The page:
The Rev. Kara Eidson, minister, WesleyKU, 946 Vt.:
The most obvious change in the life of faith for most young men and women coming to college is that they are free, many for the first time, to make major decisions about how they want to live their lives. Mom and Dad are no longer constantly present, encouraging participation in religious activities (worship, service, etc.). For many, college is a time of exploration and discovery; “What do I believe?” and “Why do I believe?” and “Is belief necessary?” are all common questions in this formative time. I encourage the students I work with to ask the difficult questions about faith, and walk with them as we explore the multitude of answers together. It is a time when they have the opportunity to embrace the traditions with which they were raised as fully their own, or a time when they realize that perhaps it is time to seek a new path.
But the best advice I can offer students in this time of transition is to find a community to journey within. We were created as social beings, and we all crave community. It is impossible to pursue any faith alone—we desperately need community to reflect, share, and support us as we learn, grow, and even struggle with our faith. The various faiths of the world differ in many respects, but we all have a few things in common: we believe in the strength of community, and we believe that our spiritual lives ought to serve as the undercurrent for the ordinary aspects of daily living.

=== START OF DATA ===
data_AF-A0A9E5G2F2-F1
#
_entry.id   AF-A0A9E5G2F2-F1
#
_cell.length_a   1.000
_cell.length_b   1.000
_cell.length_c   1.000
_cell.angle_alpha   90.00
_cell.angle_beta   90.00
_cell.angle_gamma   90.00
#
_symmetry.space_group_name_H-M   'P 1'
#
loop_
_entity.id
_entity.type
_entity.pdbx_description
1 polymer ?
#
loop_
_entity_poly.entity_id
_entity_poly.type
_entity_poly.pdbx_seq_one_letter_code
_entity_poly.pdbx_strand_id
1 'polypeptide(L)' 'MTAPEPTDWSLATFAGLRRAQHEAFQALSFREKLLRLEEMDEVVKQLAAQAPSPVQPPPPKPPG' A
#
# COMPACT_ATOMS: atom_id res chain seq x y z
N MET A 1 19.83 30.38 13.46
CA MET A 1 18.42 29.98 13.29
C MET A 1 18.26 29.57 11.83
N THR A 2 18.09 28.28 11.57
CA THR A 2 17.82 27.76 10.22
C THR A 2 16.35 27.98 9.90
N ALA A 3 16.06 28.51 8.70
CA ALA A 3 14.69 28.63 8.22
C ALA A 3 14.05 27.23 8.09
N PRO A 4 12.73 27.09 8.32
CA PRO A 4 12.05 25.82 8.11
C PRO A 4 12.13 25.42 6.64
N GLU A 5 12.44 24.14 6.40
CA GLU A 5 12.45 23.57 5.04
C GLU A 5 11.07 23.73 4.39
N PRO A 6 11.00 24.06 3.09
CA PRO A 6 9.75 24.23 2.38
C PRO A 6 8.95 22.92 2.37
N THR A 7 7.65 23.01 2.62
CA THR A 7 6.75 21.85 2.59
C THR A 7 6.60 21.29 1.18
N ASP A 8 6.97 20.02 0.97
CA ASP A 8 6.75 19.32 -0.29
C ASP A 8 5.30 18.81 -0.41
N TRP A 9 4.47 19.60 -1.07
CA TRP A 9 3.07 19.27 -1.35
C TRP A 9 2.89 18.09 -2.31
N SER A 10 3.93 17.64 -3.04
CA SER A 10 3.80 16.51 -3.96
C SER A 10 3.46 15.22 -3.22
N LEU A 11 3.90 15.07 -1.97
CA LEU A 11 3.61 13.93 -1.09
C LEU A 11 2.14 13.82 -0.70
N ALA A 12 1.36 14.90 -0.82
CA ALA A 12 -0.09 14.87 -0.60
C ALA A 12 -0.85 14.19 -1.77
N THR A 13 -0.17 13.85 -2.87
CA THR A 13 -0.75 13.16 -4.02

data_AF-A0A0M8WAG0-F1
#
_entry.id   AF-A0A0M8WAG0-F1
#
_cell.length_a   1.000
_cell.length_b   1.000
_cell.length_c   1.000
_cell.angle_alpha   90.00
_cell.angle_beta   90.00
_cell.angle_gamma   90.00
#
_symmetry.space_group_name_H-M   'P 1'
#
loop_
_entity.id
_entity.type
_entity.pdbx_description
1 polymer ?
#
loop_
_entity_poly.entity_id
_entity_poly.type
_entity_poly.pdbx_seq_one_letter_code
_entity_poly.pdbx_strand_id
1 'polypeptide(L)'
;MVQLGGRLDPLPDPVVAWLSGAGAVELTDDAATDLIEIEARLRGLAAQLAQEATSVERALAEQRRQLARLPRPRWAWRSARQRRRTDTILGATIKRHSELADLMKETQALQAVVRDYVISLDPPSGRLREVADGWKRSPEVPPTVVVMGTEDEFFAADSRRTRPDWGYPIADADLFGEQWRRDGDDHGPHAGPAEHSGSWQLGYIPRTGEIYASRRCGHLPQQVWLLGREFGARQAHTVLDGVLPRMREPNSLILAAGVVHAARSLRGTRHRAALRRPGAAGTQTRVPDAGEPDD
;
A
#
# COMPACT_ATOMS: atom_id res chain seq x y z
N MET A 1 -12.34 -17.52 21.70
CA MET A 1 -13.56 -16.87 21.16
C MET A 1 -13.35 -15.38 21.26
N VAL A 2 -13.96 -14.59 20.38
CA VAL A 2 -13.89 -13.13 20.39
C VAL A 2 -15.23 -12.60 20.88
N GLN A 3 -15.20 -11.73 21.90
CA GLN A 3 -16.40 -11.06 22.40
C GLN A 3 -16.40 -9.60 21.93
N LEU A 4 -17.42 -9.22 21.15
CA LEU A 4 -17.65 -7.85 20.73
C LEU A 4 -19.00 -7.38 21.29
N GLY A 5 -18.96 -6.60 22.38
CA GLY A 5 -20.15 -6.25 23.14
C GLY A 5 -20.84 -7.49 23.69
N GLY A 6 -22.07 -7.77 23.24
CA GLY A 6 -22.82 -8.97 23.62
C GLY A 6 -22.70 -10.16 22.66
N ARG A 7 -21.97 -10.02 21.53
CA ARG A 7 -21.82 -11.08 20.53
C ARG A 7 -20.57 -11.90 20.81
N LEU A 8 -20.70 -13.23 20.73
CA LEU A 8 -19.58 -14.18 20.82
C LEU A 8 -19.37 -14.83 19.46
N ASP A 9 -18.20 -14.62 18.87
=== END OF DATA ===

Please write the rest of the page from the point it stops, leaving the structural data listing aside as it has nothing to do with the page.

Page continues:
— Send email to Kara Eidson at email@example.com.
Rabbi Neal Schuster, senior Jewish educator, KU Hillel, 722 N.H.:
My 18-year-old nephew, a lifelong vegetarian, came home from college and announced that he was thinking about trying meat. For his animal-rights-activist mother, it was a stab in the heart. Further twisting the knife, he hinted that he might possibly be considering that maybe there is some merit to political positions that are something other than far-left. Oh, a mother’s anguish; and he was such a sweet child.
My nephew is right on schedule.
College is an important time of transition from late adolescence to early adulthood, and, developmentally, the essential tasks of this transition include vigorously challenging core beliefs and assumptions, as well as experimenting with new ways of being, thinking and believing. On the way to a mature faith, emerging adults must go through a process of deconstructing the core beliefs and ideas that their parents and others have so painstakingly instilled in them. At the other end of the process — once every notion they once held dear is lying in a distressing state of disassembly on the floor — is the profound and ongoing task of reconstruction: putting it back together again.
Proverbs (22:6) reassures us that if we raise a child in the way that they should go, even when they are old they will not depart from it, but on the journey from childhood to age, they are going to put their parents and loved ones through some excruciating and maddening times as they twist, mock and reject what they are expected to hold sacred.
The good news is that the deconstruction and reconstruction that mark this stage in life has the profound power to transform the faith they have been given, from something that belongs to someone else, into something that actually belongs to them.
— Send email to Neal Schuster at firstname.lastname@example.org.